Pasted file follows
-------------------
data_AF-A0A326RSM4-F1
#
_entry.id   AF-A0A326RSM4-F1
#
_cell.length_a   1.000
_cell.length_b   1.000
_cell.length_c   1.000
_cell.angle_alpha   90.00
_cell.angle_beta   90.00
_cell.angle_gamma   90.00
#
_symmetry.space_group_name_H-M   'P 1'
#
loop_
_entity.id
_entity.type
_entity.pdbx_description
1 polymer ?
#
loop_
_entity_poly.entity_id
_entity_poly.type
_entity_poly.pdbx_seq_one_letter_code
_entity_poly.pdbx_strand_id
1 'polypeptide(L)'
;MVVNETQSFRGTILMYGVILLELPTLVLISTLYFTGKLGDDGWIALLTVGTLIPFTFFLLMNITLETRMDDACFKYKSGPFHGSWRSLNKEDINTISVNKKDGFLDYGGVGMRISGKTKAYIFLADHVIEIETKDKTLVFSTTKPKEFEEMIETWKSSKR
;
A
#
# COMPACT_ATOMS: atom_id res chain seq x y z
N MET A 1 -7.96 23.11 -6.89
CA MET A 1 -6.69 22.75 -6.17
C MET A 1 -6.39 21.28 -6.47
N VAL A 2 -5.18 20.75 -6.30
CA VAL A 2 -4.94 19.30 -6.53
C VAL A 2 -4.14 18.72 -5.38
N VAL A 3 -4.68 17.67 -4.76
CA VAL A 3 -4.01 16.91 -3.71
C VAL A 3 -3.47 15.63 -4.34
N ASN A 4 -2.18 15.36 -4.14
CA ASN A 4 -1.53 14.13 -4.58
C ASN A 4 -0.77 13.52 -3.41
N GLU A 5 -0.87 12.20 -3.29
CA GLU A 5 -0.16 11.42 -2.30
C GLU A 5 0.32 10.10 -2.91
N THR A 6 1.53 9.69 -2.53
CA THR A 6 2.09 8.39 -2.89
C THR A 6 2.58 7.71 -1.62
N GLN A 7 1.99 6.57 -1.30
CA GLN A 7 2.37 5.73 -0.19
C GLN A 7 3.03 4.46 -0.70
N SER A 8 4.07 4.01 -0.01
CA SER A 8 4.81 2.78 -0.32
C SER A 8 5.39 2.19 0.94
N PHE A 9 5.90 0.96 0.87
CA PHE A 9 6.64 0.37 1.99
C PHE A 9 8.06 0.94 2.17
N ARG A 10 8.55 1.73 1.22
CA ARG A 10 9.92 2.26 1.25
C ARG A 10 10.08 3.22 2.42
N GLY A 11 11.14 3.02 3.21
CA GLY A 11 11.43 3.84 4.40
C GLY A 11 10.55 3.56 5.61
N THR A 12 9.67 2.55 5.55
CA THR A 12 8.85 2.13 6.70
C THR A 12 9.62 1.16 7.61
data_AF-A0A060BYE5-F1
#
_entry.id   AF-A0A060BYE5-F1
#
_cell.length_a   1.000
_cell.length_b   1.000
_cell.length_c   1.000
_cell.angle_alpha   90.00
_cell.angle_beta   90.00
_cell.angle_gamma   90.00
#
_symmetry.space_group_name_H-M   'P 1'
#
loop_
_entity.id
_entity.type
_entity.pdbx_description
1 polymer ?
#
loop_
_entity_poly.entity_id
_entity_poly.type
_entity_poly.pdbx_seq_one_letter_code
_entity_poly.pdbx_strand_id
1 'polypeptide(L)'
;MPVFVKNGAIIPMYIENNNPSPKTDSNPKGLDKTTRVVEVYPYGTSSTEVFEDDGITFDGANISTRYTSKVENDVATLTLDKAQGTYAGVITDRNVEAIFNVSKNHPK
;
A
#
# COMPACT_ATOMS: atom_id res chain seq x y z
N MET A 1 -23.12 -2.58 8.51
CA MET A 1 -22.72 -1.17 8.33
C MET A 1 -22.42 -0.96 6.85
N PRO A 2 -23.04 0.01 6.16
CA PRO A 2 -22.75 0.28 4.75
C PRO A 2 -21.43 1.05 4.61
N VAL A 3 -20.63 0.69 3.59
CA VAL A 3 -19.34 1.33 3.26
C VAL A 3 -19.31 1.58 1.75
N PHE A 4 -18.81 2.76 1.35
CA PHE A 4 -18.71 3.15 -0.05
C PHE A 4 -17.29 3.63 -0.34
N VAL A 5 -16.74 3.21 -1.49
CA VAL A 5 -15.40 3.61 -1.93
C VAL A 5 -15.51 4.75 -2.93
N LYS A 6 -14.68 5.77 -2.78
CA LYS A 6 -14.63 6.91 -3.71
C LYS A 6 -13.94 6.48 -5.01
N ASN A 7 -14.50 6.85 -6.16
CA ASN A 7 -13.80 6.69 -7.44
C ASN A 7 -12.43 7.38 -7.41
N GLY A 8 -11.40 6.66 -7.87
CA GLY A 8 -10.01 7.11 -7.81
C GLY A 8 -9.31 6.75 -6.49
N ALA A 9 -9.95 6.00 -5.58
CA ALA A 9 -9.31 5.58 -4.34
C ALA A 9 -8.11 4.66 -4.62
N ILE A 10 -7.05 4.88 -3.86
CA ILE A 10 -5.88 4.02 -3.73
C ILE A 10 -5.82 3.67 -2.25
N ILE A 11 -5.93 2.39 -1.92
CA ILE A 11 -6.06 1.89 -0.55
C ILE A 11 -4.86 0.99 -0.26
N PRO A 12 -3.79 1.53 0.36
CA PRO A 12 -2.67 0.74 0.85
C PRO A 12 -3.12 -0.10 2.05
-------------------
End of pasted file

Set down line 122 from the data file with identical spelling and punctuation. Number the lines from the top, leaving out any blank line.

CA ALA A 9 -9.31 5.58 -4.34